Matthew Cremeens, Ph.D.

Associate Professor of Chemistry

Dr. Cremeens

Contact Information

Education & Curriculum Vitae

Ph.D. Chemistry, Cornell University, 2004

Courses Taught

Organic Chemistry I & II 

Publications while at Gonzaga University.   

D’Ambruoso, G. D.; Cremeens, M. E.; Hendricks, B. R. “Web-based animated tutorials using screen capturing software for molecular modeling and spectroscopic acquisition and processing.” J. Chem. Ed. 2018, 95, 666-671.

Neelay, O. P.; Peterson C. A.; Snavely, M. E.; Brown, T. C.; TeclaMariam, A. F.; Campbell, J. A.; Blake, A. M.; Schneider, S. C.; Cremeens, M. E.  “Antimicrobial peptides interact with peptidoglycan” J. Mol. Struct. 2017, 1146, 329-336.

Schneider, S. C.; Brown, T. C.; Gonzalez, J. D.; Levonyak, N. S.; Rush, L. A.; Cremeens M. E. CD and 31P NMR studies of tachykinin and MSH neuropeptides in SDS and DPC micelles J. Mol. Struct. 2016, 1106, 108-113.

Patton, D. A.; Cremeens, M. E. “Organometallic Catalysts for Intramolecular Hydroamination of Alkenes.” Review Journal of Chemistry, 2014, 4, 1-20.

Gonzalez, J. D.; Levonyak, N. S.; Schneider, S. C.; Smith, M. J.; Cremeens, M. E.  Using infrared spectroscopy of a nitrile labeled phenylalanine and tryptophan fluorescence to probe the -MSH peptide's side-chain interactions with a micelle model membrane.”  J. Mol. Struct. 2014, 1056-1057, 7-12.  

Stumetz, K. S.; Nadeau, J. T.; Cremeens, M. E. “Potential Non-adiabatic Reactions:  Ring-opening 4,6-Dimethylidenebicyclo [3.1.0]hex-2-ene Derivatives to Aromatic Reactive Intermediates.” J. Org. Chem. 2013, 78, 10878–10884.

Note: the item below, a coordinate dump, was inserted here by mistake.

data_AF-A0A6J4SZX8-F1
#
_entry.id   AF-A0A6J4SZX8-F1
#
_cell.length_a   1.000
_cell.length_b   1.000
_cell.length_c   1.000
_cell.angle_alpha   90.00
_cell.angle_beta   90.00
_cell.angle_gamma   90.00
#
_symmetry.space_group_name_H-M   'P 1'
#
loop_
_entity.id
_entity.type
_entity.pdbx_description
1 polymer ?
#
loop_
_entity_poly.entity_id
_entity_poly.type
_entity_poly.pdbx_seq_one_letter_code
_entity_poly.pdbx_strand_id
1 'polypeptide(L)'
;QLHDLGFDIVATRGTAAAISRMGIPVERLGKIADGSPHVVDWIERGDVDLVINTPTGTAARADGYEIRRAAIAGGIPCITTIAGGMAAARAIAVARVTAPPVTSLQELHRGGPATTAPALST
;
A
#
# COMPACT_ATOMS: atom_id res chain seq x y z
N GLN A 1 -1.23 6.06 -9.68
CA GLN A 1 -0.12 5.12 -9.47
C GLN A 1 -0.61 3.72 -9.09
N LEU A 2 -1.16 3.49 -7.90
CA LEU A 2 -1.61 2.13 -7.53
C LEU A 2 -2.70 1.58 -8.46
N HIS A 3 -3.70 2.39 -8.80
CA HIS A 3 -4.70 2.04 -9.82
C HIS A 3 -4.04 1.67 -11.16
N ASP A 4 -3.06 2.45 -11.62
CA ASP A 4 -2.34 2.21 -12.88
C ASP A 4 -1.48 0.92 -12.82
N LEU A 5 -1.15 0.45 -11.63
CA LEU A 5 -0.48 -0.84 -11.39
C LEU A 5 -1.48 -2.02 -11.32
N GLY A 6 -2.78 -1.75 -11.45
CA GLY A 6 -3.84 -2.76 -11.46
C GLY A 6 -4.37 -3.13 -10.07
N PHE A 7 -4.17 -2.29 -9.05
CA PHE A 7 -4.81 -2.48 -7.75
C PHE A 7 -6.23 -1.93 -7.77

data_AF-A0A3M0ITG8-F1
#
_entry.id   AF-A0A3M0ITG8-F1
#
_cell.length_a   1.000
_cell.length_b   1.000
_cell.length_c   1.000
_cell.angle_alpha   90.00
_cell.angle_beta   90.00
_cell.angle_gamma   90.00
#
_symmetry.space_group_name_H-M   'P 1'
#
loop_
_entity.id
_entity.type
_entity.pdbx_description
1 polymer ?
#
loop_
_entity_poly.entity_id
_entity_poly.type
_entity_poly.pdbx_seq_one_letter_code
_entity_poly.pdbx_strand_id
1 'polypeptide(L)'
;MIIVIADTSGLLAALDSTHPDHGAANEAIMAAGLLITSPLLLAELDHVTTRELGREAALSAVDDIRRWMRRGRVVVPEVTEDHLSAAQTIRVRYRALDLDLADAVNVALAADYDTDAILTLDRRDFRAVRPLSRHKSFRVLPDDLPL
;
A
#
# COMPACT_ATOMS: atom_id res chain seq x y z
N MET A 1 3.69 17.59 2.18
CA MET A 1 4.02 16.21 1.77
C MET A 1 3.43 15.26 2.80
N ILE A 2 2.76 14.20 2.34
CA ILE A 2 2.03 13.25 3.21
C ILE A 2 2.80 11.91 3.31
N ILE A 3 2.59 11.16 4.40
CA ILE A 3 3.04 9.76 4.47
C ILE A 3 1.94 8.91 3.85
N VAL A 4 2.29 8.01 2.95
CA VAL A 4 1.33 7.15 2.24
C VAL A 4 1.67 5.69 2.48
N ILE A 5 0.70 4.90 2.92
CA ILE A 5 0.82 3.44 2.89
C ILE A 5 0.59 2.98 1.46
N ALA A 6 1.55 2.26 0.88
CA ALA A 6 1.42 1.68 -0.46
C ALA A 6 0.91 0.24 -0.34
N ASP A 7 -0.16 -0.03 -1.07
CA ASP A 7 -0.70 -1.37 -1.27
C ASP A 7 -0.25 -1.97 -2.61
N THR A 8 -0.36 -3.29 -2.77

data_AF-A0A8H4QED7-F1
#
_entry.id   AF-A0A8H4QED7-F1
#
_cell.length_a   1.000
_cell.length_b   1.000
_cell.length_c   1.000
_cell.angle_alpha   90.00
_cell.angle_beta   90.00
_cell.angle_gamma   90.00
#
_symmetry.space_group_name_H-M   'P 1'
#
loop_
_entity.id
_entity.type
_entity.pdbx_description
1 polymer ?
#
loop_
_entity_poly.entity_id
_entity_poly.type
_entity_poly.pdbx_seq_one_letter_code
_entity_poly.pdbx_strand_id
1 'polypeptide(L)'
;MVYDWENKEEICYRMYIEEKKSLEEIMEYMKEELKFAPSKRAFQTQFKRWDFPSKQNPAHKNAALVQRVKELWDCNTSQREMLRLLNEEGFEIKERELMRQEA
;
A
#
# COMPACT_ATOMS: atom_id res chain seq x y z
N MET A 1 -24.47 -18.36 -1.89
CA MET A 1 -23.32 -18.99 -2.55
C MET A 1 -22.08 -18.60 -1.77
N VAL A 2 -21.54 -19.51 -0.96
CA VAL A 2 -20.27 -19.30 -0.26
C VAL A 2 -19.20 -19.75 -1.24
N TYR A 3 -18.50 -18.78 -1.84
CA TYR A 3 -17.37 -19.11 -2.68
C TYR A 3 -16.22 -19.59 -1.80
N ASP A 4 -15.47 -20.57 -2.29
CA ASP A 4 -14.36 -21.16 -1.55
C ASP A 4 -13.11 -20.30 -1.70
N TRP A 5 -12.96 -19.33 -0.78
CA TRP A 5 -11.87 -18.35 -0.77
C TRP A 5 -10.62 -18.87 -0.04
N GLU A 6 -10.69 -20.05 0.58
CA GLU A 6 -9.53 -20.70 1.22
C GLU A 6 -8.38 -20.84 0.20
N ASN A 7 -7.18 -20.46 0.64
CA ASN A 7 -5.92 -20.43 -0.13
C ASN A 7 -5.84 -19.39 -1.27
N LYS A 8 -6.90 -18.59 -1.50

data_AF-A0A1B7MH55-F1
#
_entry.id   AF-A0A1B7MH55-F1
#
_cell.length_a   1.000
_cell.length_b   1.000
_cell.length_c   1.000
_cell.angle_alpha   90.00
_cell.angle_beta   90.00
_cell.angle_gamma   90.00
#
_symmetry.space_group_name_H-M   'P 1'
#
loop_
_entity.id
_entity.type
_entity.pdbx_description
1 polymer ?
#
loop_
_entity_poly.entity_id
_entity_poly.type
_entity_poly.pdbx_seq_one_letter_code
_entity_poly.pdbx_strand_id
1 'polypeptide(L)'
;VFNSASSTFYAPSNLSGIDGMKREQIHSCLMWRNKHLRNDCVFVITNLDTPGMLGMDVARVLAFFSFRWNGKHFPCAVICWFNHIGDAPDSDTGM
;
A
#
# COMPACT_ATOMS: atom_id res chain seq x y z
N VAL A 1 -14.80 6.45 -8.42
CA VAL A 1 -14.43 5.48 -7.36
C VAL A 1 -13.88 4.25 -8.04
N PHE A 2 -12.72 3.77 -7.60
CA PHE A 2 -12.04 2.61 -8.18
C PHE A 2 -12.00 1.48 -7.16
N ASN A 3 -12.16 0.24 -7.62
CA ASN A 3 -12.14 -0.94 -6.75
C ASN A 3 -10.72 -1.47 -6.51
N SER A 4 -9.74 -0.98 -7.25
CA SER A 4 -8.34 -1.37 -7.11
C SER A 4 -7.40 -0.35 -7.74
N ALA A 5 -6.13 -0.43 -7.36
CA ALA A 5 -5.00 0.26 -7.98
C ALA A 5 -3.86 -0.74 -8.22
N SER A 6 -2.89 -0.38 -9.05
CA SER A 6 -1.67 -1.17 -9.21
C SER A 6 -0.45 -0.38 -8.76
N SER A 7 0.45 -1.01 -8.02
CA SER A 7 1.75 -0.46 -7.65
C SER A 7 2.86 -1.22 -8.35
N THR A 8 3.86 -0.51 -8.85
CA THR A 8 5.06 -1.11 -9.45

Hickert, A. S.; Durgan, A. C.; Patton, D. A.; Blake, S. A.; Cremeens, M. E. “A B3LYP investigation of the conformational and environmental sensitivity of carbon–deuterium frequencies of aryl-perdeuterated phenylalanine and tryptophan.”  Theor. Chem. Acc. 2011, 130, 883-889.
Wood Combustion … In contrast to petroleum, lignocellulosic biomass (wood) is considered to be a carbon neutral fuel because it takes in the carbon that it will give off.  However, there can be negative consequences. Incomplete wood combustion gives rise to persistent organic pollutants that accumulate in our air and water streams.  By elucidating the detailed mechanism for the formation of these pollutants during the incomplete combustion of wood, we aim to unearth a key mechanistic detail that could be used to minimize their formation.  More specifically, we aim to evaluate the impact of the biological matrix of lignin and cellulose on polycyclic aromatic hydrocarbon and dioxin formation from incomplete combustion of lignocellulosic biomass by employing both experimental and computational methods. The goals of our work are to (1) experimentally characterize incomplete combustion products with varying matrix additives, (2) computationally characterize cellulose decomposition and identify potential fragments that impact the conversion of lignin into dioxin, and (3) combine experimental and computational results to guide subsequent experiments and calculations.